From Falsework, published by Goose Lane in 2007. 

I saw my mother under sedation

in the Psych Ward, after she collapsed

at the funeral. She foresaw the bridge

disaster, but no one believed her,

not even father. Her “visions” made him

uneasy. He could not square them

with the fundamentalism he carted

all the way from Medicine Hat, husks

of a not-quite-former self. These

things I see, they’re not contagious,

she told him. Little warnings is all.

Maybe a day to take the bus,

avoid stepladders. She was cutting

avocados the day before it

happened, her face in shadow,

the skinned halves sliced thinly

lengthwise, then pressed to lie pale

and overlapping on the plate, neat

as playing cards. A decade later

I’d see terraced hillsides in Vietnam

that looked like that, rice growing

on man-made ledges. Round pit

of the avocado an unemployed moon

beside the dish rack. Cigarettes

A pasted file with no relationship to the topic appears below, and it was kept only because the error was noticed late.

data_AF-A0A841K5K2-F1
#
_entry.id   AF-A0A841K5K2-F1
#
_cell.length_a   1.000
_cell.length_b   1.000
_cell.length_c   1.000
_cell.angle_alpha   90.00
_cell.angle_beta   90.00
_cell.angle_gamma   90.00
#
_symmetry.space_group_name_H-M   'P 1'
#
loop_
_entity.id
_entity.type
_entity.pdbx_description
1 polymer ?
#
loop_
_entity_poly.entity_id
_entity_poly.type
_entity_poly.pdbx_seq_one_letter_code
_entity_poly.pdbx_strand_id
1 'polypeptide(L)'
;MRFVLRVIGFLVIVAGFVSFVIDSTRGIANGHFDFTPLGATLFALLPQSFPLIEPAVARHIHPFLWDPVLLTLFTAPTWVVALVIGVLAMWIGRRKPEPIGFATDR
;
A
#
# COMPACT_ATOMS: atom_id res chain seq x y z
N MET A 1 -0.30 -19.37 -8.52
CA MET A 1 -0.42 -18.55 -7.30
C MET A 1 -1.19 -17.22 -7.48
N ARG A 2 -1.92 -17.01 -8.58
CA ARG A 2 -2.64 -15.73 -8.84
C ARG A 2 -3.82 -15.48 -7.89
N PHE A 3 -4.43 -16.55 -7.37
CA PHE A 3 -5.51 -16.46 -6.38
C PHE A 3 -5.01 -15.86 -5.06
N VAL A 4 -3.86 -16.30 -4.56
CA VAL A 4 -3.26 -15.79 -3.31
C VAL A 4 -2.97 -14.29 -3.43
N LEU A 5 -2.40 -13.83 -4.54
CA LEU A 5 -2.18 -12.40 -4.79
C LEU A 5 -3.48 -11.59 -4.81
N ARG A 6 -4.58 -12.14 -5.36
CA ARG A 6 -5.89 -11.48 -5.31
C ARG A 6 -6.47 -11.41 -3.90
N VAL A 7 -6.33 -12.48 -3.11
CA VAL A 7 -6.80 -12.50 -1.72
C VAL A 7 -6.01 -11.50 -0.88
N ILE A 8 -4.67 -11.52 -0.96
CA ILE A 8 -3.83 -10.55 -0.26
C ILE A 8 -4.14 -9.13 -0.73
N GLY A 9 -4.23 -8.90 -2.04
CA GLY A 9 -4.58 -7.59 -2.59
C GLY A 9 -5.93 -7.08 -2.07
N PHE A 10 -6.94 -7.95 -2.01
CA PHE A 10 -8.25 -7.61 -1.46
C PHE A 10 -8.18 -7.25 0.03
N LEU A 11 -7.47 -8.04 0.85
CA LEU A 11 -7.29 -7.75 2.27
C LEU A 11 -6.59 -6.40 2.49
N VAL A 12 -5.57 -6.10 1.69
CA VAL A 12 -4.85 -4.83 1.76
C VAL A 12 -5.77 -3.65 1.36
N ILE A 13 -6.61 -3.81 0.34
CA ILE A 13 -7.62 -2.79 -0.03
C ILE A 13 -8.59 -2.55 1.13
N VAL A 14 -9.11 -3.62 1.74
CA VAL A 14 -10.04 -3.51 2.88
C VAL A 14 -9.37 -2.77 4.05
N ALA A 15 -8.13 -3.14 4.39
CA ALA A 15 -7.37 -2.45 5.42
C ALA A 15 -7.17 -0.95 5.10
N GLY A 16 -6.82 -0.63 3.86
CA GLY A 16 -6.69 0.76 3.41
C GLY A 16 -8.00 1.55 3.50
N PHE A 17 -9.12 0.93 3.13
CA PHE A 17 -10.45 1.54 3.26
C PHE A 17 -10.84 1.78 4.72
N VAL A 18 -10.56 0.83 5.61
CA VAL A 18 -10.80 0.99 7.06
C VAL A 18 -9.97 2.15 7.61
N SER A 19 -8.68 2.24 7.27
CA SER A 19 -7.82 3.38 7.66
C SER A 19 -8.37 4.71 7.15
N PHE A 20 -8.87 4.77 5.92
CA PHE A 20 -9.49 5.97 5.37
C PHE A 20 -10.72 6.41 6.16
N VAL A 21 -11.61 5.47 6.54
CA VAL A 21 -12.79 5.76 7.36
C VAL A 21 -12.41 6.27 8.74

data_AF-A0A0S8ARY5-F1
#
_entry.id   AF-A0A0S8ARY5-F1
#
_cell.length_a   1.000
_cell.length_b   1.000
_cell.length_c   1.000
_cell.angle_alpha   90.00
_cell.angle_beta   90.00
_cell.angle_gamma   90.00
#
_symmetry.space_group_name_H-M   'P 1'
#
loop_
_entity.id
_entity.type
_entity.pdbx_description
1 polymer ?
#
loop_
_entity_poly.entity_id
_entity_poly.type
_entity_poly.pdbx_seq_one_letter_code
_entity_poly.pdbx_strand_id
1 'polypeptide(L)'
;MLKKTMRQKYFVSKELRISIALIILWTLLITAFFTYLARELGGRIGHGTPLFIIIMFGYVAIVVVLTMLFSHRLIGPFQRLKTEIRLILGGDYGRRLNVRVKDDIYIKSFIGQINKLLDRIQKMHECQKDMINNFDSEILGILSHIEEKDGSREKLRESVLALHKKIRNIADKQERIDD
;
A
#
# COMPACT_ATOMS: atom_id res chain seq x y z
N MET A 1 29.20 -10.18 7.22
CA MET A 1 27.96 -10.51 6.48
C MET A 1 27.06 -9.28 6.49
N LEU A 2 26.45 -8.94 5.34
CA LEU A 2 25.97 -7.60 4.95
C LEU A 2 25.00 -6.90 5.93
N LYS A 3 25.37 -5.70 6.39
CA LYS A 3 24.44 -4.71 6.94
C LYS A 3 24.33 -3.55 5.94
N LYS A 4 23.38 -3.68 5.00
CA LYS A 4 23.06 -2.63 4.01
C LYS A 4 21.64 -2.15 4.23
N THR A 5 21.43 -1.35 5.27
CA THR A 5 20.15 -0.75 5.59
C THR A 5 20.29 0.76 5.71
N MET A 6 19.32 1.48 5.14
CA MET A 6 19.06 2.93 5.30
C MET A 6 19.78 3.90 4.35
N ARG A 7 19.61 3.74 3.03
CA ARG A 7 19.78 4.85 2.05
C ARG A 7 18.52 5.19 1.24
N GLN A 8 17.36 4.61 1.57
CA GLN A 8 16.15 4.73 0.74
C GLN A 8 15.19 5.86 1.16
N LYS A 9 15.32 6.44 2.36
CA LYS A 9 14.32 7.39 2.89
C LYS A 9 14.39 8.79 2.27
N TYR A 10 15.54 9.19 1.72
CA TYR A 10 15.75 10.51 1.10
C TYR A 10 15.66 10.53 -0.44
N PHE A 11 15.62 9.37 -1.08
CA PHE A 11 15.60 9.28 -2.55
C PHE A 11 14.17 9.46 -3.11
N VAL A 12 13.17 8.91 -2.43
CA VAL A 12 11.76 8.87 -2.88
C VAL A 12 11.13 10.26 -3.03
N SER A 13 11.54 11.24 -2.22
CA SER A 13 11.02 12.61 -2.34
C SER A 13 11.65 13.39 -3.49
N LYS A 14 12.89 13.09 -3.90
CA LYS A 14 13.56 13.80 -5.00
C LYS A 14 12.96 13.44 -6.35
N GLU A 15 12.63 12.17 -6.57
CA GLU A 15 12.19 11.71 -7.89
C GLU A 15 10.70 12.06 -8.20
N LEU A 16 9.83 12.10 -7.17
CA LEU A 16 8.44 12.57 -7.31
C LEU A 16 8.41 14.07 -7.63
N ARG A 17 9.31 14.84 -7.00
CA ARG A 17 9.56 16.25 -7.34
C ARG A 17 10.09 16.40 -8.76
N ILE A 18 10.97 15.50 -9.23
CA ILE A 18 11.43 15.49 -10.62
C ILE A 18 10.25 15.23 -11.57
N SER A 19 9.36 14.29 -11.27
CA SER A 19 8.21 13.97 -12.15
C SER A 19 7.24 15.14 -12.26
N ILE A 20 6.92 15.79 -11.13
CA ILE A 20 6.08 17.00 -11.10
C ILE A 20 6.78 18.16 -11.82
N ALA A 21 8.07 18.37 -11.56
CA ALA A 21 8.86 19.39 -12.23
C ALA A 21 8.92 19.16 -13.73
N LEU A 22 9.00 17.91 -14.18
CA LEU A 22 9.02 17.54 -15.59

verboten in the house, though wood

smoke from the cast-iron stove

probably caused as much damage

to our lungs. I’d wake up bilious

in the middle of the night, light-

headed from all the zapped brain

cells. Mother’s disguise puzzled me

at first, oxygen mask, I.V. tubes.

Her eyelids would flicker and she’d

utter nonsense syllables. Tongues,

my father might have suggested,

if he’d survived; she’s speaking

in tongues. Out of all the gibberish,

“switchbacks” was the only word

I recognized. Glossalalia? Not quite.

Directions, more like, how to think,

to move forward without father,

without Doubting Thomas, a straight line

being out of the question. And that,

more or less, is what we did.



Gary Geddes is an award-winning poet who lives on Vancouver Island.


Toby Sharpe


I don’t know where a person can go when they disappear, apart from underwater.


Young Earle Birney in Banff: September 1913¹

what a day!at the Basin2 dove from the tufa overhanginto the water, playing my trick ofseeming to drown, not coming up until I finish wrigglingthrough that underwater chimneyand burst into air. always startles the tourists.


Zamboni Driver’s Lament

i know hate, its line-mates. believe me. you kids have, i’m sure, wasted—all early morning anxious and weak-ankled—their first impatient shuffle-kicks and curses on me.